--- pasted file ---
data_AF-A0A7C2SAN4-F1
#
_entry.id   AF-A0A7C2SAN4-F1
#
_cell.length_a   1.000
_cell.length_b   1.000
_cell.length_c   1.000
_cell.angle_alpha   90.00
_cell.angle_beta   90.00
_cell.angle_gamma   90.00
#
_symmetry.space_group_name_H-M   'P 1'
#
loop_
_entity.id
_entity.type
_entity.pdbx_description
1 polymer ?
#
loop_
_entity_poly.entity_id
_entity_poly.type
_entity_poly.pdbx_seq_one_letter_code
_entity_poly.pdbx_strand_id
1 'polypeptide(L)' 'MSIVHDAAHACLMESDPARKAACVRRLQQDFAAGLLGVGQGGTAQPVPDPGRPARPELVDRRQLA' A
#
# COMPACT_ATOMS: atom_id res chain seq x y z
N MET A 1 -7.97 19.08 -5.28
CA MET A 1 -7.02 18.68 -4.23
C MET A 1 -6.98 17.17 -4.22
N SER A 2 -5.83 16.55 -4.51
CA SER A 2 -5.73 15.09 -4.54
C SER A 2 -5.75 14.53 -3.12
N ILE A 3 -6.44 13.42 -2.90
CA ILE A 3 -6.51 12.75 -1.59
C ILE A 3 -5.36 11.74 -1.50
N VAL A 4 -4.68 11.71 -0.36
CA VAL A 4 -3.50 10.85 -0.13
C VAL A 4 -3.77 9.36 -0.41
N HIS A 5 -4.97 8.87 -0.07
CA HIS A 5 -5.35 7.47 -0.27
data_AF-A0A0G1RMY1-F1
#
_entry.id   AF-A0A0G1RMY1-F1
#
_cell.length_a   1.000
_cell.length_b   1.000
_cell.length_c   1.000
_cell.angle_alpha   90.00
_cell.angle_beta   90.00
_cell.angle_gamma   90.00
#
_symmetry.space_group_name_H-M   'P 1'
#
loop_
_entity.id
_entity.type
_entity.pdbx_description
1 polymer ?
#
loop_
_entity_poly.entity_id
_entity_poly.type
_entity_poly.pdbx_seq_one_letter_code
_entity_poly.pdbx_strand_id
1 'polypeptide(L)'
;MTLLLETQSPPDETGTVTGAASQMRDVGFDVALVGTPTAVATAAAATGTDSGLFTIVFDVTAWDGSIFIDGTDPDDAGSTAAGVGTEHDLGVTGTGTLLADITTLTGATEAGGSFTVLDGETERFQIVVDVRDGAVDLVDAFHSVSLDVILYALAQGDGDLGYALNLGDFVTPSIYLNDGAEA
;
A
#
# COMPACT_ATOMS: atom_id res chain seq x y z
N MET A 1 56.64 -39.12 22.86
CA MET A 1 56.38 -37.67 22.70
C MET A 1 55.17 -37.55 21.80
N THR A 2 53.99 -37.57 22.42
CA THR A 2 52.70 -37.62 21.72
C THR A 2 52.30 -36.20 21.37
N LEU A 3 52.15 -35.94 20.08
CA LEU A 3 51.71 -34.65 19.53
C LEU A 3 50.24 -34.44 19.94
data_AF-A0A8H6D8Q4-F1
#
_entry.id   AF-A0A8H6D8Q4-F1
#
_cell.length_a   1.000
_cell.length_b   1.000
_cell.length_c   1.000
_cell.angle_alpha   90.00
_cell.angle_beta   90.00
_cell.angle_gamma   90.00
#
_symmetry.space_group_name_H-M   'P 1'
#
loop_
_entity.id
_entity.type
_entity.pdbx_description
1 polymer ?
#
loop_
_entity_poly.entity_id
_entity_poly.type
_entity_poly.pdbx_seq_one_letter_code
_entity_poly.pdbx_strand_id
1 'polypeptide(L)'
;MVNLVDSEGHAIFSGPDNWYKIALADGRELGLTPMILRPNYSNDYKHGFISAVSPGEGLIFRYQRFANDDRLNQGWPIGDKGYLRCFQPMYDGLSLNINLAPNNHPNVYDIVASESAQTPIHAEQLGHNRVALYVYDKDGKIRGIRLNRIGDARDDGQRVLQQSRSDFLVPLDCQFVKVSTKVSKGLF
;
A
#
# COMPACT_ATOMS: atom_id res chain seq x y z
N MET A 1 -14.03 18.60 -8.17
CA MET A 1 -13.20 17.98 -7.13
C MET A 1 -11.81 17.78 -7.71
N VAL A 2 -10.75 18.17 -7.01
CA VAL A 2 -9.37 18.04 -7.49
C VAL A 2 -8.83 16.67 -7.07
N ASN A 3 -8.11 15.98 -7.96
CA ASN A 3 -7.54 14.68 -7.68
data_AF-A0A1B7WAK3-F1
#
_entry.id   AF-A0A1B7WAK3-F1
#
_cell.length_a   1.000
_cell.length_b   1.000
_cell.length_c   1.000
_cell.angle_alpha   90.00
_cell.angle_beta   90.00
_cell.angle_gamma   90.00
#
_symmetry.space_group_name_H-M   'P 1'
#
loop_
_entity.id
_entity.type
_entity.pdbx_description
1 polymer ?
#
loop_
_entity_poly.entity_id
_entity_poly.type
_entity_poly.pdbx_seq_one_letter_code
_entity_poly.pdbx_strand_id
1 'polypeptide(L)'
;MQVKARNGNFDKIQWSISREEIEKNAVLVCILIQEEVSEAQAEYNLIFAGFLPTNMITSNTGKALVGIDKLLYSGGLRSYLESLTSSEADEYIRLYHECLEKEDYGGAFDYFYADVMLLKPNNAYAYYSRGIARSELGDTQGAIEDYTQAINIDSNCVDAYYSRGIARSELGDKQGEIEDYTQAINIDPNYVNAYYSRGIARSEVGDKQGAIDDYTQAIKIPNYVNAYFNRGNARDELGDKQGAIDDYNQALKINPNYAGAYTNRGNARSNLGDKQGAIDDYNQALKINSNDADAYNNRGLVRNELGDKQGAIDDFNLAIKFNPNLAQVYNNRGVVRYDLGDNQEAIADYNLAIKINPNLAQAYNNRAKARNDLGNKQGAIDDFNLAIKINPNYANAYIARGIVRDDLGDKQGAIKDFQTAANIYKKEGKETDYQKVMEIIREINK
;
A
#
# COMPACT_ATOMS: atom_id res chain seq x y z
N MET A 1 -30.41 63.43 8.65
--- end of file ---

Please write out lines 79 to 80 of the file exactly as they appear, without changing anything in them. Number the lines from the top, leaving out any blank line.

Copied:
CA LEU A 3 51.71 -34.65 19.53
C LEU A 3 50.24 -34.44 19.94